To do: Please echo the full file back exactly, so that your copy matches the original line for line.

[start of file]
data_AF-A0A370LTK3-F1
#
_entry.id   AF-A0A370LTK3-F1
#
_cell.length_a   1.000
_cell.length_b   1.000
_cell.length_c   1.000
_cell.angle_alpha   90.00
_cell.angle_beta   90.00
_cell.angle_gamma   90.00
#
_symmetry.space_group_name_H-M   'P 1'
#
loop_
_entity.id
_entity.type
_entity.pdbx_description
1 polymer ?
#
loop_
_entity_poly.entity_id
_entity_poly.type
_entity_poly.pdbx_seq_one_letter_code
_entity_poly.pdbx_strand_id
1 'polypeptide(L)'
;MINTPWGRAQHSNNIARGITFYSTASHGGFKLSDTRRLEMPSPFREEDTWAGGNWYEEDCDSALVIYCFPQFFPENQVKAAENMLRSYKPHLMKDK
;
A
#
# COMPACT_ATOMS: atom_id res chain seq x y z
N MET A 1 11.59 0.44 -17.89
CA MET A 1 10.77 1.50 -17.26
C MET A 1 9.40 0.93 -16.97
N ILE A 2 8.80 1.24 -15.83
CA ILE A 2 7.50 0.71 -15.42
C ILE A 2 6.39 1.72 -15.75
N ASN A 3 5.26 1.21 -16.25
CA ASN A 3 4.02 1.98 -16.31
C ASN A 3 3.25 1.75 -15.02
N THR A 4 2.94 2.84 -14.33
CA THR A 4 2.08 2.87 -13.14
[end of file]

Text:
data_AF-A0A370LTK3-F1
#
_entry.id   AF-A0A370LTK3-F1
#
_cell.length_a   1.000
_cell.length_b   1.000
_cell.length_c   1.000
_cell.angle_alpha   90.00
_cell.angle_beta   90.00
_cell.angle_gamma   90.00
#
_symmetry.space_group_name_H-M   'P 1'
#
loop_
_entity.id
_entity.type
_entity.pdbx_description
1 polymer ?
#
loop_
_entity_poly.entity_id
_entity_poly.type
_entity_poly.pdbx_seq_one_letter_code
_entity_poly.pdbx_strand_id
1 'polypeptide(L)'
;MINTPWGRAQHSNNIARGITFYSTASHGGFKLSDTRRLEMPSPFREEDTWAGGNWYEEDCDSALVIYCFPQFFPENQVKAAENMLRSYKPHLMKDK
;
A
#
# COMPACT_ATOMS: atom_id res chain seq x y z
N MET A 1 11.59 0.44 -17.89
CA MET A 1 10.77 1.50 -17.26
C MET A 1 9.40 0.93 -16.97
N ILE A 2 8.80 1.24 -15.83
CA ILE A 2 7.50 0.71 -15.42
C ILE A 2 6.39 1.72 -15.75
N ASN A 3 5.26 1.21 -16.25
CA ASN A 3 4.02 1.98 -16.31
C ASN A 3 3.25 1.75 -15.02
N THR A 4 2.94 2.84 -14.33
CA THR A 4 2.08 2.87 -13.14